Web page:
TSIG (Transaction SIGnature) is a computer-networking protocol defined in RFC 2845. Primarily it enables the Domain Name System (DNS) to authenticate updates to a DNS database. It was most commonly used to update Dynamic DNS or a secondary/slave DNS server. TSIG uses shared secret keys and one-way hashing to provide a cryptographically secure means of authenticating each endpoint of a connection as being allowed to make or respond to a DNS update.
Although queries to DNS may usually be made without authentication, updates to DNS must be authenticated, since they make lasting changes to the structure of the Internet naming system. As the update request may arrive via an insecure channel (the Internet), one must take measures to ensure the authenticity and integrity of the request. The use of a key shared by the client making the update and the DNS server helps to ensure the authenticity and integrity of the update request. A one-way hashing function serves to prevent malicious observers from modifying the update and forwarding on to the destination, thus ensuring integrity of the message from source to destination.
A timestamp is included in the TSIG protocol to prevent recorded responses from being reused, which would allow an attacker to breach the security of TSIG. This places a requirement on dynamic DNS servers and TSIG clients to contain an accurate clock. Since DNS servers are connected to a network, the Network Time Protocol can provide an accurate time source.
An update, as specified in RFC 2136, is a set of instructions to a DNS server. These include a header, the zone to be updated, the prerequisites that must be satisfied, and the record(s) to be updated. TSIG adds a final record, which includes a timestamp and the hash of the request. It also includes the name of the secret key that was used to sign the request. RFC 2535 has recommendations on the form of the name.
The response to a successful TSIG update will also be signed with a TSIG record. Failures are not signed to prevent an attacker from learning anything about the TSIG key using specially crafted update "probes".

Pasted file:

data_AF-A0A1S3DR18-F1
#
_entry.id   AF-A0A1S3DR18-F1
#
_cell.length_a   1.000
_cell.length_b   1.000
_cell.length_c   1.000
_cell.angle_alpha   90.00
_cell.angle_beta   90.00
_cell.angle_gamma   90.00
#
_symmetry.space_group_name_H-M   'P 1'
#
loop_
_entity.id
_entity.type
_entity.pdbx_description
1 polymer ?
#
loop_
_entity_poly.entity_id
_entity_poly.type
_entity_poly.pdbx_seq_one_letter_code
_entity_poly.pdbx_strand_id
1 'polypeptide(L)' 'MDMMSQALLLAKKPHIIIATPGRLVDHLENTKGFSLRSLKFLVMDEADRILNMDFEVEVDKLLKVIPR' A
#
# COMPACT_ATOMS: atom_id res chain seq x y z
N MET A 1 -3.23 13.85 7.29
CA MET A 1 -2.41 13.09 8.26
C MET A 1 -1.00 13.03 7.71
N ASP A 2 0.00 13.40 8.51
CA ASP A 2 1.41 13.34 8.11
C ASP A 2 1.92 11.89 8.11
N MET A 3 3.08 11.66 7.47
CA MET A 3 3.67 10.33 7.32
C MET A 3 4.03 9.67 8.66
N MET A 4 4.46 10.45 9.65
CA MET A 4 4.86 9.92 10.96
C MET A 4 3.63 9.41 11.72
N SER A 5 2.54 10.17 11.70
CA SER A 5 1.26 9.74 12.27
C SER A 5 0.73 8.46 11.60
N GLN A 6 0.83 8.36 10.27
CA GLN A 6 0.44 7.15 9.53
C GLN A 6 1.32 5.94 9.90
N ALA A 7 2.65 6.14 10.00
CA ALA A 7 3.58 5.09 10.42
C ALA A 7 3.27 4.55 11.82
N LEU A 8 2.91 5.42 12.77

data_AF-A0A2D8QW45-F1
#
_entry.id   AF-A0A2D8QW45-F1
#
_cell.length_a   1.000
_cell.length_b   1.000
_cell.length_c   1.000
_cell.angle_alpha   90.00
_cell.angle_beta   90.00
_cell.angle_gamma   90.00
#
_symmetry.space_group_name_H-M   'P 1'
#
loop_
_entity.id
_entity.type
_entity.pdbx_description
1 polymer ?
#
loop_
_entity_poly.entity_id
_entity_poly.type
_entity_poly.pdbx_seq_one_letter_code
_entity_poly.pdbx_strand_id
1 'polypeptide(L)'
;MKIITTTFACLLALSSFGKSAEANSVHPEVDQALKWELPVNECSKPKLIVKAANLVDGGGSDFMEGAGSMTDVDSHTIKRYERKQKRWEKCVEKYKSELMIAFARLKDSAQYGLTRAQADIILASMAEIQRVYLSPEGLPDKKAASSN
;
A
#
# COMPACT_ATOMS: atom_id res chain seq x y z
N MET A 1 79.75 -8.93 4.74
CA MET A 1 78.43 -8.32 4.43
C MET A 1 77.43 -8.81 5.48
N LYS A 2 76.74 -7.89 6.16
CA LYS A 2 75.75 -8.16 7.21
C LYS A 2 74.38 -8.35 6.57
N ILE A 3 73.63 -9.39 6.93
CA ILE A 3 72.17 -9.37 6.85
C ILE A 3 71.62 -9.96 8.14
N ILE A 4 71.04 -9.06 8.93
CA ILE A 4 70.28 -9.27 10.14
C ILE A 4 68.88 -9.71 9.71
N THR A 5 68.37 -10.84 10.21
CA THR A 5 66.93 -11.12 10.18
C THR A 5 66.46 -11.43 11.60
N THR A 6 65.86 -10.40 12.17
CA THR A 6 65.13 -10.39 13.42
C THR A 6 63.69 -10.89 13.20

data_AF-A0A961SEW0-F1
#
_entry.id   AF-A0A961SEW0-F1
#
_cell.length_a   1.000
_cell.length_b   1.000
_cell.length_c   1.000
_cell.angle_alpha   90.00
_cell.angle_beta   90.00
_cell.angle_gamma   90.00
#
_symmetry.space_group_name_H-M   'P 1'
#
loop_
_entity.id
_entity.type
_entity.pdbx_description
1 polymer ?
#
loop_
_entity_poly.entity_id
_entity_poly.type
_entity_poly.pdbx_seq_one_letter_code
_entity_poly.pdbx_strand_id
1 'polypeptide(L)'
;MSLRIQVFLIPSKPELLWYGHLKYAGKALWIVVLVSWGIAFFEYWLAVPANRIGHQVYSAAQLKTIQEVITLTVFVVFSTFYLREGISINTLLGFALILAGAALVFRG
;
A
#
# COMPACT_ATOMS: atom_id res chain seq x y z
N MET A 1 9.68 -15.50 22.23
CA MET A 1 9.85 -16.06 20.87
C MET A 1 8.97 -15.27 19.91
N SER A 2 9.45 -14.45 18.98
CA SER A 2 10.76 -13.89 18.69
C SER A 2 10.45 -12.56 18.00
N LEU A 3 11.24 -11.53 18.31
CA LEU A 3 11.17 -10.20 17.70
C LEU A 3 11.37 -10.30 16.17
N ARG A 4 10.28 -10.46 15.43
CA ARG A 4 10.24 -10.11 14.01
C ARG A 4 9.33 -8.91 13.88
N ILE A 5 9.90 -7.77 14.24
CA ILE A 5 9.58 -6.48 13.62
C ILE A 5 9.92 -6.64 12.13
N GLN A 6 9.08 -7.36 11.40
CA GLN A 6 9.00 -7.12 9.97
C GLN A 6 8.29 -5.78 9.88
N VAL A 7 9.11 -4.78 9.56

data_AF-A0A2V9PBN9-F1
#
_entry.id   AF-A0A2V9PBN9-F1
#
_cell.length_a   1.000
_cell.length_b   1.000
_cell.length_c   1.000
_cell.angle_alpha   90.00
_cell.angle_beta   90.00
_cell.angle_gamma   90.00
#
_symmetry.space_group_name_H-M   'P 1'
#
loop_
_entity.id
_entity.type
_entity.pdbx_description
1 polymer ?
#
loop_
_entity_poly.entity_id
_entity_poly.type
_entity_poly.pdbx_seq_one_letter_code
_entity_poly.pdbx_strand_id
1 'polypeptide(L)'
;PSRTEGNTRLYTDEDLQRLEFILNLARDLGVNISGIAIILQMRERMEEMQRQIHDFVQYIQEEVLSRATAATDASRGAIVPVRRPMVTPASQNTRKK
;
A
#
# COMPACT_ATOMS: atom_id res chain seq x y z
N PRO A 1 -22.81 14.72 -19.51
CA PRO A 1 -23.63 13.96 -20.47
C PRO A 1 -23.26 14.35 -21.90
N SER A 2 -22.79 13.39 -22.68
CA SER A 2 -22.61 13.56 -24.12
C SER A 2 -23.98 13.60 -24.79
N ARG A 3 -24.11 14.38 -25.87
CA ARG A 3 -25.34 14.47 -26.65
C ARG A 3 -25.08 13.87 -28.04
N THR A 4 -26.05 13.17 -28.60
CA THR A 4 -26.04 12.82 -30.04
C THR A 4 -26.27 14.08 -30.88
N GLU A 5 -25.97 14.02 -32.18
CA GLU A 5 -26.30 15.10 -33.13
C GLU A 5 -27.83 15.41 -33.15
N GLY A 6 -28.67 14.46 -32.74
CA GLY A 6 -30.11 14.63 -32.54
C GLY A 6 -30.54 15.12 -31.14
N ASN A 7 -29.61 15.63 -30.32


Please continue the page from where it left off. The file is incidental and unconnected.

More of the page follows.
The nsupdate program can use TSIG to do DNS updates.
The TSIG record is in the same format as the other records in the update request. The meaning of the fields is described in RFC 1035.
|NAME||Max. 256||Key name, which must be unique on client and server|
|TTL||4||0 (since TSIG records must not be cached)|
|RDLENGTH||2||Length of RDATA field|
|RDATA||Variable||Structure containing the timestamp, algorithm and hash data|
Alternatives to TSIG
Although TSIG is widely deployed, there are several problems with the protocol:
- It requires distributing secret keys to each host which must make updates.
- The HMAC-MD5 digest is no longer considered very secure.
- There are no levels of authority. Any host with the secret key may update any record.
As a result, a number of alternatives and extensions have been proposed.
- RFC 2137 specifies an update method using a public key "SIG" DNS record. A client holding the corresponding private key can sign the update request. This method matches the DNSSEC method for secure queries. However, this method is deprecated by RFC 3007.
- In 2003[update], RFC 3645 proposed extending TSIG to allow the Generic Security Service (GSS) method of secure key exchange, eliminating the need for manually distributing keys to all TSIG clients. The method for distributing public keys as a DNS resource record (RR) is specified in RFC 2930, with GSS as one mode of this method. A modified GSS-TSIG - using the Windows Kerberos Server - was implemented by Microsoft Windows Active Directory servers and clients called Secure Dynamic Update. In combination with poorly configured DNS (with no reverse lookup zone) using RFC 1918 addressing, reverse DNS updates using this authentication scheme are forwarded en masse to the root DNS servers and increase the traffic to root DNS servers in the course of doing so . There is an anycast group which deals with this traffic to take it away from the root DNS servers.
- RFC 2845, which defines TSIG, specifies only one allowed hashing function, the 128-bit HMAC-MD5, which is no longer considered to be highly secure. RFC 4635 was circulated to allow RFC 3174 Secure Hash Algorithm (SHA1) hashing and FIPS PUB 180-2 SHA-2 hashing to replace MD5. The 160-bit and 256-bit digests generated by SHA1 and SHA-2 are more secure than the 128-bit digest generated by MD5.
- RFC 2930, which defines TKEY, a DNS record used to distribute keys automatically from a DNS server to DNS clients
- RFC 3645, Which defines GSS-TSIG which uses gss-api and TKEY to distribute keys automatically in gss-api mode
- The DNSCurve proposal has many similarities to TSIG.
- Broido, Nemeth, claffy. "Spectroscopy of DNS Update Traffic", CAIDA, 2002.
- RFC 2136 Dynamic Updates in the Domain Name System (DNS UPDATE)
- RFC 2845 Secret Key Transaction Authentication for DNS (TSIG)
- RFC 2930 Secret Key Establishment for DNS (TKEY RR)
- RFC 3645 Generic Security Service Algorithm for Secret Key Transaction Authentication for DNS (GSS-TSIG)
- RFC 3174 US Secure Hash Algorithm 1
- RFC 4635 HMAC SHA TSIG Algorithm Identifiers